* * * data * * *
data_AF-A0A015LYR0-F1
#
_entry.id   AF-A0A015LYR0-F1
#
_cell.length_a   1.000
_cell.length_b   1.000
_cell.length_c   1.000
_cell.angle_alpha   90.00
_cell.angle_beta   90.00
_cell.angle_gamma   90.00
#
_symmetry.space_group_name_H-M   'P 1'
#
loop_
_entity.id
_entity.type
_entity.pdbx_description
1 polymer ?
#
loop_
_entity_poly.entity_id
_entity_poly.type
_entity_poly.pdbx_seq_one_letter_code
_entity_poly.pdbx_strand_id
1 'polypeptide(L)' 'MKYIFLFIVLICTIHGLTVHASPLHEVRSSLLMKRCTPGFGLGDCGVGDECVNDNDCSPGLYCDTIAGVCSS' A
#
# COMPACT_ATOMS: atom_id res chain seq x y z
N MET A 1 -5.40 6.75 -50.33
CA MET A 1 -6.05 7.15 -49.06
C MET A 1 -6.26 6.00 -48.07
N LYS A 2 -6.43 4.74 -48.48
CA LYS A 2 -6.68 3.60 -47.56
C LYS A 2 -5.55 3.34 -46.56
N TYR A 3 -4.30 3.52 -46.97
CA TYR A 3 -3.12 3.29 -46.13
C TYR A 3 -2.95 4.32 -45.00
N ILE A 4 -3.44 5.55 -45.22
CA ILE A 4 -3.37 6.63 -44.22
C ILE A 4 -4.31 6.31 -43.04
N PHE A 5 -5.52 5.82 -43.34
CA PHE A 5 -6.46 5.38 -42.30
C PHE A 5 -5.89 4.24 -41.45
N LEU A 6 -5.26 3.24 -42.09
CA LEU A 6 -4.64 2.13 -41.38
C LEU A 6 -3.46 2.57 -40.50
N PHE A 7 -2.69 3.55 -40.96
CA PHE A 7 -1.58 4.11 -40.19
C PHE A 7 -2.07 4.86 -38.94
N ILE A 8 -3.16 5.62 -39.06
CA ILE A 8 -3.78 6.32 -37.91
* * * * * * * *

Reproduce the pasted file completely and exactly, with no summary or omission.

data_AF-A0A015LYR0-F1
#
_entry.id   AF-A0A015LYR0-F1
#
_cell.length_a   1.000
_cell.length_b   1.000
_cell.length_c   1.000
_cell.angle_alpha   90.00
_cell.angle_beta   90.00
_cell.angle_gamma   90.00
#
_symmetry.space_group_name_H-M   'P 1'
#
loop_
_entity.id
_entity.type
_entity.pdbx_description
1 polymer ?
#
loop_
_entity_poly.entity_id
_entity_poly.type
_entity_poly.pdbx_seq_one_letter_code
_entity_poly.pdbx_strand_id
1 'polypeptide(L)' 'MKYIFLFIVLICTIHGLTVHASPLHEVRSSLLMKRCTPGFGLGDCGVGDECVNDNDCSPGLYCDTIAGVCSS' A
#
# COMPACT_ATOMS: atom_id res chain seq x y z
N MET A 1 -5.40 6.75 -50.33
CA MET A 1 -6.05 7.15 -49.06
C MET A 1 -6.26 6.00 -48.07
N LYS A 2 -6.43 4.74 -48.48
CA LYS A 2 -6.68 3.60 -47.56
C LYS A 2 -5.55 3.34 -46.56
N TYR A 3 -4.30 3.52 -46.97
CA TYR A 3 -3.12 3.29 -46.13
C TYR A 3 -2.95 4.32 -45.00
N ILE A 4 -3.44 5.55 -45.22
CA ILE A 4 -3.37 6.63 -44.22
C ILE A 4 -4.31 6.31 -43.04
N PHE A 5 -5.52 5.82 -43.34
CA PHE A 5 -6.46 5.38 -42.30
C PHE A 5 -5.89 4.24 -41.45
N LEU A 6 -5.26 3.24 -42.09
CA LEU A 6 -4.64 2.13 -41.38
C LEU A 6 -3.46 2.57 -40.50
N PHE A 7 -2.69 3.55 -40.96
CA PHE A 7 -1.58 4.11 -40.19
C PHE A 7 -2.07 4.86 -38.94
N ILE A 8 -3.16 5.62 -39.06
CA ILE A 8 -3.78 6.32 -37.91